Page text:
“The closer I looked, the worse the individual plants looked; many died. The ground was wet and there was no sign of bugs. It turned out that we watered the bed way too much. I did some research and confirmed what I knew: this plant prefers dry conditions. We didn’t water the bed the rest of the summer.

At this point in the summer, Midland was officially in a drought situation, according to the National Integrated Drought Information System.

At the heart of another ‘ah-ha’ moment is the challenges facing the nation as a whole: supply chain issues and labor shortages. This also applies to the horticulture industry, said Richardson.

The town of Midland buys many perennials and annuals each year, and Richardson said she has noticed that all too often plants come in with aphids and root fungi present on too many plants, some have weeds growing in the pot. Some were much smaller than expected. These she rejected, even if that could mean bypassing a bed somewhere.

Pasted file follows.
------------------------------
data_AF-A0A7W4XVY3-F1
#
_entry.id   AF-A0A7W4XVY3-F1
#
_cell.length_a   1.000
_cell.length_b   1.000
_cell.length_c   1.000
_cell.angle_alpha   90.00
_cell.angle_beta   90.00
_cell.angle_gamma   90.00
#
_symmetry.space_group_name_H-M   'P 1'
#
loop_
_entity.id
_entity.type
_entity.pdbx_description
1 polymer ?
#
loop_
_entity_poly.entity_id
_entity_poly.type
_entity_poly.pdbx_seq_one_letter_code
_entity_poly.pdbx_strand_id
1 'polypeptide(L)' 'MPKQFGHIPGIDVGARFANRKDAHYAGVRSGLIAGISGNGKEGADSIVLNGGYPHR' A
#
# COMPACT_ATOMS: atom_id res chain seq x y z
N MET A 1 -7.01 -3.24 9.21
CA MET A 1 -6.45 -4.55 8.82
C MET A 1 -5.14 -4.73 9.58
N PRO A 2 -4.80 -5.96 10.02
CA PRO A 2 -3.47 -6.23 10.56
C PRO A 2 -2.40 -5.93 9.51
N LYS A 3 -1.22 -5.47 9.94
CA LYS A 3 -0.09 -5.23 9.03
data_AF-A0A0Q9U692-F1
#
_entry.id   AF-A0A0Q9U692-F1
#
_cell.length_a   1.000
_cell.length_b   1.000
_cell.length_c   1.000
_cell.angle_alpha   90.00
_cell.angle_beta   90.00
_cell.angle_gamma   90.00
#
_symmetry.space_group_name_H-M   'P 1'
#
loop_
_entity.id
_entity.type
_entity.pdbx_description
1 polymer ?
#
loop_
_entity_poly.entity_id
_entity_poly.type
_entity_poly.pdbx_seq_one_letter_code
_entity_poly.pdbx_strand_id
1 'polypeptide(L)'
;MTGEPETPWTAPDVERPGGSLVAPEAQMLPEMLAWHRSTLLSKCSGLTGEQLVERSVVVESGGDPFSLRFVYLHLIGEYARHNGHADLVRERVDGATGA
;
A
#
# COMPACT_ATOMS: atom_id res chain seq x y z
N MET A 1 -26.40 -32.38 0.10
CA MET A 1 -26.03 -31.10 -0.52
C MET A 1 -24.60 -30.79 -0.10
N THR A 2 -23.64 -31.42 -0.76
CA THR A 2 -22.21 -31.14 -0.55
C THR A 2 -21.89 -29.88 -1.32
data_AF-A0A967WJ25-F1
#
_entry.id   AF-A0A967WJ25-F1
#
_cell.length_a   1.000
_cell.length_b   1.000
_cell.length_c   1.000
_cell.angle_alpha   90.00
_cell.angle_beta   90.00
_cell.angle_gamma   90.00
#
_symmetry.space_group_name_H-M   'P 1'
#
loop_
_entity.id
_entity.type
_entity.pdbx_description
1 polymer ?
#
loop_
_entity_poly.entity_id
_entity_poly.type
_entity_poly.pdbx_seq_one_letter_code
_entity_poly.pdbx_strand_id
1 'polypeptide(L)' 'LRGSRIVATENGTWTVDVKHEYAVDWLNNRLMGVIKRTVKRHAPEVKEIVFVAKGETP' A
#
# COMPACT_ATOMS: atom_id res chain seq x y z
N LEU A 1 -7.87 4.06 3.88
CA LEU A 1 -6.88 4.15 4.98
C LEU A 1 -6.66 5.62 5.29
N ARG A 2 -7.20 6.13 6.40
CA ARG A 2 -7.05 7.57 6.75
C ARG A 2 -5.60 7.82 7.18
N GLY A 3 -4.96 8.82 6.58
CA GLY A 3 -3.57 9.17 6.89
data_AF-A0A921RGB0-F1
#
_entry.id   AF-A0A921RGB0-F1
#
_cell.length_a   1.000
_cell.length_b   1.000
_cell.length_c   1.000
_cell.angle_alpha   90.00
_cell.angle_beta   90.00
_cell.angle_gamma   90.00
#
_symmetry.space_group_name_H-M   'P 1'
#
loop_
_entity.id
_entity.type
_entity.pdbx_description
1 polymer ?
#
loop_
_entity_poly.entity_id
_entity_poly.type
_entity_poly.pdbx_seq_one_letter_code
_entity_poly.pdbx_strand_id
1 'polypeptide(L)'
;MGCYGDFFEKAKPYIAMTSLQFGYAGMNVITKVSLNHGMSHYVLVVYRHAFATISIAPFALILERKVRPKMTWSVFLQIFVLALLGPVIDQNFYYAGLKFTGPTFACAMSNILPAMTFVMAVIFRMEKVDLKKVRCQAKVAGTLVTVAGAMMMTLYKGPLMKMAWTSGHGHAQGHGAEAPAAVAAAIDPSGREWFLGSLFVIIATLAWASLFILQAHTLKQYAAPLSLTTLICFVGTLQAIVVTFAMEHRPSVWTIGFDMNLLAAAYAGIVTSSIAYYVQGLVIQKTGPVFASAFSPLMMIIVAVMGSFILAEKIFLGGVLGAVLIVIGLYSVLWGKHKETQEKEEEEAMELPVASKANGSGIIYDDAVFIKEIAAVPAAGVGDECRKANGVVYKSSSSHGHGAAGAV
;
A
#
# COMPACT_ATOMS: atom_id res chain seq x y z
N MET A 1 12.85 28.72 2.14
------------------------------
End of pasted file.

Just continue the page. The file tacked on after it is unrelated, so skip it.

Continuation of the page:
“We don’t have time to breastfeed and give birth to a healthy plant, given our labor shortage, the short growing season and the many areas around town that we are planting,” she noted.

The lack of quality perennials also led Richardson and his team to grow theirs by dividing an existing plant into several smaller plants and growing them for a year or more until they were large enough to be. used in flower beds. This is the same technique available to homeowners.

In the past, Richardson had 18 municipal employees to do the work assigned to the horticultural department. This year, 10 were available and some contract workers were recruited at various times.

“It takes a lot of training for new crew members,” she said. “We assume they have a knowledge base from scratch and go from there – how to dig, how to dig safely, how to plant properly; then there is the equipment and truck training.

“I’m so proud of our team and our team leaders, like Carie. Are we ideal or perfect? No, but we try to make the job fun and interesting and to learn how to play with the strokes.